Unfortunately, the execution of this story didn’t work for me.  Daughters of the Silk Road alternates between Miranda’s story happening in London 2015/2016 and the linear timeline of the owner(s) of the vase from 1441 through 1650.  Now, I’ve read a few multi-generational family sagas that worked really well for me, Homegoing for example.  Multi generational books that span centuries are very difficult to pull off.  My biggest issue with the multi generational aspect was that as time goes on & the vase is passed down, we get less & less character development & plot with each subsequent descendant.  When the vase is first introduced with Niccoló & Maria, we get a fair amount story here.  By the time we reach 1650, we barely get a page worth about the descendants that come into ownership of the vase.   It felt very unbalanced as the story went on.  Then, vase’s journey abruptly stops in 1650 and there is a gaping hole between 1650 and until Miranda comes into possession of it.  We never really learn much about the mysterious Aunt Celia whom Miranda inherits the vase from, nor how she came into possession of it herself.

Miranda’s story line occurring in the present timeline of 2015/2016 is a bit cliche.  Miranda is a divorced single mom down on her luck and struggling to make ends meet.  Miranda meets an man that is totally shady, yet of course she becomes involved with him.  You know how it goes, you spend the entire book yelling at the character that the person they are dating is the scum of the earth.   The man of course takes advantage of her & screws her over.  Not surprisingly, Miranda is better off at the end without him & all of her money problems are solved as if by magic.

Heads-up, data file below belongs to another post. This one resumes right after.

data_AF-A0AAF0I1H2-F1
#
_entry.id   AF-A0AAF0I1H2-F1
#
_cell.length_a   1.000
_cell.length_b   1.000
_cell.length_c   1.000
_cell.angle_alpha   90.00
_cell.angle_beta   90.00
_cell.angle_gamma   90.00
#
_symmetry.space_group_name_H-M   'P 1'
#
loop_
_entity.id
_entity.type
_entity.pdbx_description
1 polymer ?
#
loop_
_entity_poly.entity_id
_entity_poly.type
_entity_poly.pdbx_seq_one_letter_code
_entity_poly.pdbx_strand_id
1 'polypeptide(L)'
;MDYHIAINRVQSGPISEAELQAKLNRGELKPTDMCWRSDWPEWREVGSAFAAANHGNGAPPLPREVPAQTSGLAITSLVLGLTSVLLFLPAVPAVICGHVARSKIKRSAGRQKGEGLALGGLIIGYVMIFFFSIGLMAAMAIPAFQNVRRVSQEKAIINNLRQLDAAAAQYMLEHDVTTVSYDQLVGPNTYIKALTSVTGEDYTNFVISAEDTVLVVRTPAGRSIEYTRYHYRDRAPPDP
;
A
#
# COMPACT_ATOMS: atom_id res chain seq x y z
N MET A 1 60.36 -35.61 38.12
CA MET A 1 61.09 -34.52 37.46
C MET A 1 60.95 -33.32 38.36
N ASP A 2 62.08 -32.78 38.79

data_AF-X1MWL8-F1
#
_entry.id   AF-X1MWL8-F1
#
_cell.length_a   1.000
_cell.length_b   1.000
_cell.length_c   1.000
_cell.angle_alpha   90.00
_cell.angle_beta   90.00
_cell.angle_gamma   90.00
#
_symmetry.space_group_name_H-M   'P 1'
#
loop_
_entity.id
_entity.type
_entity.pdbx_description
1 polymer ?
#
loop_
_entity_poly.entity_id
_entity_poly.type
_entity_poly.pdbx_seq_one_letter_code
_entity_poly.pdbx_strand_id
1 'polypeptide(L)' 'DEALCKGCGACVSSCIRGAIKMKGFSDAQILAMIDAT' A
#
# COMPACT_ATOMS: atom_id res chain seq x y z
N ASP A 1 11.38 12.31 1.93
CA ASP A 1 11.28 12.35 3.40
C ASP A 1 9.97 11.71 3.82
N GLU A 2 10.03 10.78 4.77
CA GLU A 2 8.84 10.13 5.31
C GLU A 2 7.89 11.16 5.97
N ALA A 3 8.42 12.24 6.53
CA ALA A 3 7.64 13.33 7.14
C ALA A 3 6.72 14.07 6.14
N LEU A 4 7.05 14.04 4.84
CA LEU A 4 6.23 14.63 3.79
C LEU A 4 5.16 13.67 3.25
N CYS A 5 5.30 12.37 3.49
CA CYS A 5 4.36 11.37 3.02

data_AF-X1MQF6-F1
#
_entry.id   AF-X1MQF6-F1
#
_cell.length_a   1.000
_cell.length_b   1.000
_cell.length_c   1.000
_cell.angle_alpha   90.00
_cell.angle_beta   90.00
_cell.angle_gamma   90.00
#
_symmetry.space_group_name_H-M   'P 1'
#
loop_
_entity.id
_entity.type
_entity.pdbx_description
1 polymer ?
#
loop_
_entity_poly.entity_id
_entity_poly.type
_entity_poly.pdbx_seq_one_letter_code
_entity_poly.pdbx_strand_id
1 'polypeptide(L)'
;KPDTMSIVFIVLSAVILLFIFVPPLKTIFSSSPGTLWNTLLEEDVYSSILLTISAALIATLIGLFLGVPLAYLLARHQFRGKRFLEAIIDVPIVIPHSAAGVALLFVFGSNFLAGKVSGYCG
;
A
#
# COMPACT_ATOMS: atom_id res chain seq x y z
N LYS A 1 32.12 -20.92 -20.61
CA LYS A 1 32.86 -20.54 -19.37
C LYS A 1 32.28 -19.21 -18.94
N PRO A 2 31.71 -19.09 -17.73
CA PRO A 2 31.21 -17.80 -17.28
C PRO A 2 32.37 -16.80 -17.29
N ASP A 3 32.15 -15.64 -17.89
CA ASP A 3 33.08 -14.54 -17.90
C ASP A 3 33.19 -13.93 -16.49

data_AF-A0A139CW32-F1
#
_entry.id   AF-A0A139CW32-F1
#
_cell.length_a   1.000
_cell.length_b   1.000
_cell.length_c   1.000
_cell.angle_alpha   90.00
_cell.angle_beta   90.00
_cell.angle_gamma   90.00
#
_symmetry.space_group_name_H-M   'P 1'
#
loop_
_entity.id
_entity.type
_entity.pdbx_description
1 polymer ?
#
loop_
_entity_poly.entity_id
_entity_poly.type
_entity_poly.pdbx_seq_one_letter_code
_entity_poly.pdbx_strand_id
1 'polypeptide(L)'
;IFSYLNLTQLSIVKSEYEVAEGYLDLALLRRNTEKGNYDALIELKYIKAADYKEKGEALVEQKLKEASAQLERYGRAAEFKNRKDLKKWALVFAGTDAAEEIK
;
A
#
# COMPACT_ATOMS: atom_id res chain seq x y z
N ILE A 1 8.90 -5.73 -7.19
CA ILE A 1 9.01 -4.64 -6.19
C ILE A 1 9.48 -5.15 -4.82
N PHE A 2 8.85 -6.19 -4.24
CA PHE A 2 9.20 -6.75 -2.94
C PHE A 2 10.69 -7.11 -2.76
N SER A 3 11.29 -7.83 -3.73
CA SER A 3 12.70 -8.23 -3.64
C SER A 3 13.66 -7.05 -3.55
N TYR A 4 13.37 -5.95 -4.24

It is very clear that the author did extensive research, which I really appreciate.   One of my biggest pet peeves in historical fiction is when the story doesn’t feel like it is taking place in the era it is supposed to be set in.  While I appreciate that the author gave us historical context, I almost feel like there was too much of a focus on the historical context, and not enough plot & character development as the story progresses.  There was a lot of info dumping going on.

Unfortunately, this book just was not my cup of tea. There were too many plot holes, unexplored plot points, and cliche elements throughout the book. 

***Content/trigger warning: rape & cheating***



5-Star Rating System

*2.5 Stars*

*Big thanks to Bookouture for providing me with a copy of this book via NetGalley in exchange for an honest review.


About the Author



I started writing novels after a long career in broadcasting and journalism. My first novel – The Girl with Emerald Eyes (originally published as ‘Secrets of the Tower’ in March 2015), is set in two time zones – the modern day and 12th century. It explores the extraordinary woman who left the money to build the Leaning Tower of Pisa.
My second novel: Daughters of the Silk Road follows the journey of a family of merchant explorers who return to Venice from China with a Ming Vase. The book again straddles two time zones.
The Silk Weaver’s Wife was published in 2017 and is set in the world of the Italian silk industry. The period story follows the journey of a young Veronese woman who is forced into an abusive marriage. The modern heroine uncovers her remarkable story.
I live in Kent with my family, four cats and 8 chickens.

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Have you read Daughter’s of the Silk Road?  If so, what did you think?

Comment below & let me know 🙂






7 thoughts on “Book Review: Daughters of the Silk Road by Debbie Rix”